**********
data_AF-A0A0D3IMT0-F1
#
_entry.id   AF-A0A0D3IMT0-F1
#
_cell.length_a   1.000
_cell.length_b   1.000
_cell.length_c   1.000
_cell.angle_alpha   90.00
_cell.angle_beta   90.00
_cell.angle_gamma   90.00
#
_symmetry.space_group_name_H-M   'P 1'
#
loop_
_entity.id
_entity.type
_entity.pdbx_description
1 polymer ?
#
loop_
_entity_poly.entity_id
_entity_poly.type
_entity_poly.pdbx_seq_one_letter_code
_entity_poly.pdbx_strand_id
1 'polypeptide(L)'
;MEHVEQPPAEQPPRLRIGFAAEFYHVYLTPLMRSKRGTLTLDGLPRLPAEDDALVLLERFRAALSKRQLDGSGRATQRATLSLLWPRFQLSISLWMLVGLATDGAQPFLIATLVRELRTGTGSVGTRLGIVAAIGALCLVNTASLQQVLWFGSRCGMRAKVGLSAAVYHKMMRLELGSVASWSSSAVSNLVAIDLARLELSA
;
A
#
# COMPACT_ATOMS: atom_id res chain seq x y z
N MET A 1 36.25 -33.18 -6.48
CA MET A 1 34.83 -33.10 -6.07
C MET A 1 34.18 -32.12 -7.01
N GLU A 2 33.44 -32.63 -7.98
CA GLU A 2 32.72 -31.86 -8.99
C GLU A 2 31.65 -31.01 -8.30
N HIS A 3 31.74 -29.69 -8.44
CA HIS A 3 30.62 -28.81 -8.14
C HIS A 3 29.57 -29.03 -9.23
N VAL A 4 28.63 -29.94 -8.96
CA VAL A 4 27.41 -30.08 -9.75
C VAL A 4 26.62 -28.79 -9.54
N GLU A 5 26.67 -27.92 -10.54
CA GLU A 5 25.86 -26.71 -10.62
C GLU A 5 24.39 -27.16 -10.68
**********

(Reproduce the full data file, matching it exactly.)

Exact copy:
data_AF-A0A0D3IMT0-F1
#
_entry.id   AF-A0A0D3IMT0-F1
#
_cell.length_a   1.000
_cell.length_b   1.000
_cell.length_c   1.000
_cell.angle_alpha   90.00
_cell.angle_beta   90.00
_cell.angle_gamma   90.00
#
_symmetry.space_group_name_H-M   'P 1'
#
loop_
_entity.id
_entity.type
_entity.pdbx_description
1 polymer ?
#
loop_
_entity_poly.entity_id
_entity_poly.type
_entity_poly.pdbx_seq_one_letter_code
_entity_poly.pdbx_strand_id
1 'polypeptide(L)'
;MEHVEQPPAEQPPRLRIGFAAEFYHVYLTPLMRSKRGTLTLDGLPRLPAEDDALVLLERFRAALSKRQLDGSGRATQRATLSLLWPRFQLSISLWMLVGLATDGAQPFLIATLVRELRTGTGSVGTRLGIVAAIGALCLVNTASLQQVLWFGSRCGMRAKVGLSAAVYHKMMRLELGSVASWSSSAVSNLVAIDLARLELSA
;
A
#
# COMPACT_ATOMS: atom_id res chain seq x y z
N MET A 1 36.25 -33.18 -6.48
CA MET A 1 34.83 -33.10 -6.07
C MET A 1 34.18 -32.12 -7.01
N GLU A 2 33.44 -32.63 -7.98
CA GLU A 2 32.72 -31.86 -8.99
C GLU A 2 31.65 -31.01 -8.30
N HIS A 3 31.74 -29.69 -8.44
CA HIS A 3 30.62 -28.81 -8.14
C HIS A 3 29.57 -29.03 -9.23
N VAL A 4 28.63 -29.94 -8.96
CA VAL A 4 27.41 -30.08 -9.75
C VAL A 4 26.62 -28.79 -9.54
N GLU A 5 26.67 -27.92 -10.54
CA GLU A 5 25.86 -26.71 -10.62
C GLU A 5 24.39 -27.16 -10.68